|Binomial name:||Artocarpus heterophyllus|
The jackfruit (alternately jakfruit, jack tree, or otherwise just jack or jack; Artocarpus heterophyllusis of the Artocarpus class, is a variety of trees that belongs to the group of mulberry. The fleshy part (the “bulb”) is edible as it is, or sliced and cooked. At the un-ripened stage (green) it has an exceptional similarity to the chicken texture, which enables you to have an outstanding vegetarian dish with jackfruit as a substitute for meat.
The exterior of this large fruit is thorny. The jackfruit resembles durian (despite the fact that it is normally bigger in size). When you split open a jackfruit, what you notice inside, is “bulbs” or pods, usually called seeds. As a matter of fact, these pods are a fleshy coating of the real pits or seeds that are dark in color, round and similar to chestnuts.
Southeast and South Asia are the regions where you find them, and the origin of the jackfruit is in the south-west rain forests of India, presently in the states of Maharashtra, coasts of Karnataka and Kerala. The jackfruit is a well-known food product that undergoes extensive cultivation in Bangladesh, Sri Lanka, tropical areas in India, Vietnam, Nepal, Cambodia, Thailand, Malaysia, Philippines and Indonesia. You also see jackfruit in Africa, (e.g. In Uganda, Madagascar, Cameroon, Mauritius and Tanzania), Caribbean nations like Jamaica and all over Brazil. Jackfruit is the National fruit of Bangladesh.
Growing at Home
Soil for Planting
The perfect soil for the jackfruit tree is a fast-draining and light potting soil. Fortified soils are ideal.
As jackfruit trees grow very fast, they need sufficient space to spread their branches, thus plant them in rows either centered at 18 feet or choose a place, keeping a clear distance of 18 feet away from other trees or shrubs for an individual jackfruit tree.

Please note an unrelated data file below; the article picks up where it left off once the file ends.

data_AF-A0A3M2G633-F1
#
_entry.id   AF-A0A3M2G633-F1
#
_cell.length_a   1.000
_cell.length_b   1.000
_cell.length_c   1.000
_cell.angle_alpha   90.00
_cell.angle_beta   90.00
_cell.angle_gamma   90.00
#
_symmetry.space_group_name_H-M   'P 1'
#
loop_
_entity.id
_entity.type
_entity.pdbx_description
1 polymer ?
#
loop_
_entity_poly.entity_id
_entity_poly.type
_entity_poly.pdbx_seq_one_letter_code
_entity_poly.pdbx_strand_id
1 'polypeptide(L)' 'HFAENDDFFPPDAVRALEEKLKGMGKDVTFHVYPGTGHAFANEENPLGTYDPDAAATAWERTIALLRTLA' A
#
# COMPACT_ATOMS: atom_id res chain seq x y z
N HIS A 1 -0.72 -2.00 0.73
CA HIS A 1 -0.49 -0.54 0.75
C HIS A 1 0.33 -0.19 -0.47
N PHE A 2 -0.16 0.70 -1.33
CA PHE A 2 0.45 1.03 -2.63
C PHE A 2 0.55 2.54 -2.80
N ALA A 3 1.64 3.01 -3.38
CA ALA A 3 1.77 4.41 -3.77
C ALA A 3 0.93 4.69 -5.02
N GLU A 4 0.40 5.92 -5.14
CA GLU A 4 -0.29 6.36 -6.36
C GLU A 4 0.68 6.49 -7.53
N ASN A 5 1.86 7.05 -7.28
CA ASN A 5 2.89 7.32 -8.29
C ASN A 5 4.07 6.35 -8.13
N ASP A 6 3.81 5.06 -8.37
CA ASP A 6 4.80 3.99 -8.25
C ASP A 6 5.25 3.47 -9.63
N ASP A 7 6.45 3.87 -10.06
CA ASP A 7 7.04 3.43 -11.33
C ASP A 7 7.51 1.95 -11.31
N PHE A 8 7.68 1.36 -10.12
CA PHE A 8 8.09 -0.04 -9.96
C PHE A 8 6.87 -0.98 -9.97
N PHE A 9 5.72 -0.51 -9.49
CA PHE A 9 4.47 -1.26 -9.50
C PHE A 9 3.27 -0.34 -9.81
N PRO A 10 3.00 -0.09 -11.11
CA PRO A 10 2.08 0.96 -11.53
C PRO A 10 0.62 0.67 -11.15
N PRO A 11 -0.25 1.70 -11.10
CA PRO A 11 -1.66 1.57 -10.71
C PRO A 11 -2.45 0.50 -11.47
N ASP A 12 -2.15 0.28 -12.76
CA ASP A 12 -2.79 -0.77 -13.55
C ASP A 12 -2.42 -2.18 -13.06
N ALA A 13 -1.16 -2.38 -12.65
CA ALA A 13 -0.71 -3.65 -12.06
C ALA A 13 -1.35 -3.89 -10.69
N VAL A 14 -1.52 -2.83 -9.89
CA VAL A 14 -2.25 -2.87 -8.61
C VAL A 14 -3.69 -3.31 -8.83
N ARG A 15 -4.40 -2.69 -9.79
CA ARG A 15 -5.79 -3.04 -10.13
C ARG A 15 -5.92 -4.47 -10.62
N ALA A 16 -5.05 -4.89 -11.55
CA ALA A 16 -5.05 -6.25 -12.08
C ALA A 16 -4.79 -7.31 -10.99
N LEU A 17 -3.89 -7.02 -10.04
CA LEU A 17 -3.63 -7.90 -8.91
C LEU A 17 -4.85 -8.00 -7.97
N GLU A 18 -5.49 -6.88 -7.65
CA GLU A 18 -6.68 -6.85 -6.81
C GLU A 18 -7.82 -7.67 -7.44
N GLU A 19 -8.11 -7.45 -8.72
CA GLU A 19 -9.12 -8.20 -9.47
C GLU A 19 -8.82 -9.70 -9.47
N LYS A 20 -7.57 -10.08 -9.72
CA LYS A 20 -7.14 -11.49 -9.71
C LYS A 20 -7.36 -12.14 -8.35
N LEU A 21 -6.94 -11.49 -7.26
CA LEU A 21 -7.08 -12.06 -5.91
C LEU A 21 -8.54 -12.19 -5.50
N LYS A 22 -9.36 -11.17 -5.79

Jackfruit trees are tropical plants; as such, they must get enough and regular quantity of moisture. Throughout the year, even in winter, keep the moisture for them. If possible, keep up the growing conditions of the jackfruit as humid, bright and warm all through the year which is best for it.
Temperature and Humidity
The ideal condition for fruit production and growth is a place which is bright, with enough sunlight and a location exposed towards the South. Jackfruit trees favor direct and bright sunlight. Even though you can get better results from growing trees 30% under shade throughout the year, it is best to give them bright sunlight for 12 hours.
Flowering and Maturing
Fall and summer are the chief seasons for bearing fruit. Chances are there for certain fruits to ripen at odd times, but normally not in early spring and winter. The gap between flowering and fruit maturing is from 150 to 180 days.
Give them liquid fertilizer every week. Even though the jack fruit tree does not need much nutrition, young plants and seedlings grow well with a constant feed of fertilizers.
Pest and Pesticides
Aphids and mealy bugs are the pests likely to attack them. Disease due to virus and fungus very rarely attacks jackfruit. They are mostly prone to Physiological diseases, where the trees dry off and the shoots die. The reason for this is normally insufficient water, water logging and conditions of floods. While the fruits are in the development stage there are chances of fungal attack, a type of disease that decreases jackfruit’s production. You can control the spread this disease by enveloping the fruits prior to the attack of the fruit borers, by spraying fungicide like Vitigran blue and Perenox two times a week before the proper commencement of fruiting and by removing and burning the rotten flowers and fruits.
Harvest Month and Storage
Harvest the fruits 8 months after the flowering even if it is green (consider them same as breadfruit or plantains) or when fully ripe.
Jackfruit is belongs to the Artocarpus group, or also of a group similar to the breadfruit made popular by Captain Bligh. A. Heterophylla is the chief variety.
Having discovered a fondness for insects while pursuing her degree in Biology, Randi Jones was quite bugged to know that people usually dismissed these little creatures as “creepy-crawlies”.